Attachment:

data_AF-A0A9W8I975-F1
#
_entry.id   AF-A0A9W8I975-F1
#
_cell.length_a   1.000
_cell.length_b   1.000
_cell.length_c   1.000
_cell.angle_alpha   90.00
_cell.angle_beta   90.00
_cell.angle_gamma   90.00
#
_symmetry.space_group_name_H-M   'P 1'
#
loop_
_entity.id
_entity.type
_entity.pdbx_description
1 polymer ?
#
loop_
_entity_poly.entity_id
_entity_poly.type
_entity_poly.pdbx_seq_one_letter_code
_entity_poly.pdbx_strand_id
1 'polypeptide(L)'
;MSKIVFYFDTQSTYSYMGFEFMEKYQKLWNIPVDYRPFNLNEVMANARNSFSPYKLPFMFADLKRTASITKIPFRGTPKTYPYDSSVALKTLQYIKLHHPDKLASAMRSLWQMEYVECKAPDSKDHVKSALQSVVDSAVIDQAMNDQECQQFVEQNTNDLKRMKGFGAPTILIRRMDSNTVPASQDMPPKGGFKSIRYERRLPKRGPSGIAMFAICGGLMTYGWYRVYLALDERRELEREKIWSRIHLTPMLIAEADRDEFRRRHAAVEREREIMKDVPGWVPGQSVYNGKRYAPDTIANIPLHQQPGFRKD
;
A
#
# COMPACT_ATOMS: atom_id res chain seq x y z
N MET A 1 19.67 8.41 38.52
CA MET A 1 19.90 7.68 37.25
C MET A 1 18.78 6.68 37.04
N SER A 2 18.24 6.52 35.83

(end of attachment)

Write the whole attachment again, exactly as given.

data_AF-A0A9W8I975-F1
#
_entry.id   AF-A0A9W8I975-F1
#
_cell.length_a   1.000
_cell.length_b   1.000
_cell.length_c   1.000
_cell.angle_alpha   90.00
_cell.angle_beta   90.00
_cell.angle_gamma   90.00
#
_symmetry.space_group_name_H-M   'P 1'
#
loop_
_entity.id
_entity.type
_entity.pdbx_description
1 polymer ?
#
loop_
_entity_poly.entity_id
_entity_poly.type
_entity_poly.pdbx_seq_one_letter_code
_entity_poly.pdbx_strand_id
1 'polypeptide(L)'
;MSKIVFYFDTQSTYSYMGFEFMEKYQKLWNIPVDYRPFNLNEVMANARNSFSPYKLPFMFADLKRTASITKIPFRGTPKTYPYDSSVALKTLQYIKLHHPDKLASAMRSLWQMEYVECKAPDSKDHVKSALQSVVDSAVIDQAMNDQECQQFVEQNTNDLKRMKGFGAPTILIRRMDSNTVPASQDMPPKGGFKSIRYERRLPKRGPSGIAMFAICGGLMTYGWYRVYLALDERRELEREKIWSRIHLTPMLIAEADRDEFRRRHAAVEREREIMKDVPGWVPGQSVYNGKRYAPDTIANIPLHQQPGFRKD
;
A
#
# COMPACT_ATOMS: atom_id res chain seq x y z
N MET A 1 19.67 8.41 38.52
CA MET A 1 19.90 7.68 37.25
C MET A 1 18.78 6.68 37.04
N SER A 2 18.24 6.52 35.83